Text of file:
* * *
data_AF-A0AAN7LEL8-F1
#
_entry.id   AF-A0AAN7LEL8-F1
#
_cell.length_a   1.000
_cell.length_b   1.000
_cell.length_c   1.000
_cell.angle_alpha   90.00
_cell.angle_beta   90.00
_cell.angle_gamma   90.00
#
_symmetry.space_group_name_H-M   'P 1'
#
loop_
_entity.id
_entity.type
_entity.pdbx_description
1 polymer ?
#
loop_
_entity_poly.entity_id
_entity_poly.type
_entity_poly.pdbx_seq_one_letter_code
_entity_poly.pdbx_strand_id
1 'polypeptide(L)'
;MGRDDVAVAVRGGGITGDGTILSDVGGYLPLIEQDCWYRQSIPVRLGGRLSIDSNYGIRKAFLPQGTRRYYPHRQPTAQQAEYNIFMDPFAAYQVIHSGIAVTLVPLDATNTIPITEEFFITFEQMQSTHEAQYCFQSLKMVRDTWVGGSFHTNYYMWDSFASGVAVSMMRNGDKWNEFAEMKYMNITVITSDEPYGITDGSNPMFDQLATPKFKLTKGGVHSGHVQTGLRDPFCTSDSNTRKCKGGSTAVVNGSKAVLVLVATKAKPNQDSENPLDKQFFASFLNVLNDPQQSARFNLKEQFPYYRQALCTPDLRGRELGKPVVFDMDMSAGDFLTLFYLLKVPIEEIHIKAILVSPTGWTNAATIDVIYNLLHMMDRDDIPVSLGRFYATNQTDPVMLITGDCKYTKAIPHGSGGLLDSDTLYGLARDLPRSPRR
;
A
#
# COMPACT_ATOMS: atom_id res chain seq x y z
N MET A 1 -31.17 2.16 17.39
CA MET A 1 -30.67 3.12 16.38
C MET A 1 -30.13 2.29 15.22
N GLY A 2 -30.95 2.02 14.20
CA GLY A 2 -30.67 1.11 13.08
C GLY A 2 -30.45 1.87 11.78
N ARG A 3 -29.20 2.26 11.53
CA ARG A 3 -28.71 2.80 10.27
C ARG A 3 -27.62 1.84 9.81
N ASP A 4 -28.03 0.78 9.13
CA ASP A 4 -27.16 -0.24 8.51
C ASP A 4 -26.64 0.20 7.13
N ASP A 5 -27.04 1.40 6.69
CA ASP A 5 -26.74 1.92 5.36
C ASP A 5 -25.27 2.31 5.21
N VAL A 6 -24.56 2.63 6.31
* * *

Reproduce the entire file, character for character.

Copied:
data_AF-A0AAN7LEL8-F1
#
_entry.id   AF-A0AAN7LEL8-F1
#
_cell.length_a   1.000
_cell.length_b   1.000
_cell.length_c   1.000
_cell.angle_alpha   90.00
_cell.angle_beta   90.00
_cell.angle_gamma   90.00
#
_symmetry.space_group_name_H-M   'P 1'
#
loop_
_entity.id
_entity.type
_entity.pdbx_description
1 polymer ?
#
loop_
_entity_poly.entity_id
_entity_poly.type
_entity_poly.pdbx_seq_one_letter_code
_entity_poly.pdbx_strand_id
1 'polypeptide(L)'
;MGRDDVAVAVRGGGITGDGTILSDVGGYLPLIEQDCWYRQSIPVRLGGRLSIDSNYGIRKAFLPQGTRRYYPHRQPTAQQAEYNIFMDPFAAYQVIHSGIAVTLVPLDATNTIPITEEFFITFEQMQSTHEAQYCFQSLKMVRDTWVGGSFHTNYYMWDSFASGVAVSMMRNGDKWNEFAEMKYMNITVITSDEPYGITDGSNPMFDQLATPKFKLTKGGVHSGHVQTGLRDPFCTSDSNTRKCKGGSTAVVNGSKAVLVLVATKAKPNQDSENPLDKQFFASFLNVLNDPQQSARFNLKEQFPYYRQALCTPDLRGRELGKPVVFDMDMSAGDFLTLFYLLKVPIEEIHIKAILVSPTGWTNAATIDVIYNLLHMMDRDDIPVSLGRFYATNQTDPVMLITGDCKYTKAIPHGSGGLLDSDTLYGLARDLPRSPRR
;
A
#
# COMPACT_ATOMS: atom_id res chain seq x y z
N MET A 1 -31.17 2.16 17.39
CA MET A 1 -30.67 3.12 16.38
C MET A 1 -30.13 2.29 15.22
N GLY A 2 -30.95 2.02 14.20
CA GLY A 2 -30.67 1.11 13.08
C GLY A 2 -30.45 1.87 11.78
N ARG A 3 -29.20 2.26 11.53
CA ARG A 3 -28.71 2.80 10.27
C ARG A 3 -27.62 1.84 9.81
N ASP A 4 -28.03 0.78 9.13
CA ASP A 4 -27.16 -0.24 8.51
C ASP A 4 -26.64 0.20 7.13
N ASP A 5 -27.04 1.40 6.69
CA ASP A 5 -26.74 1.92 5.36
C ASP A 5 -25.27 2.31 5.21
N VAL A 6 -24.56 2.63 6.31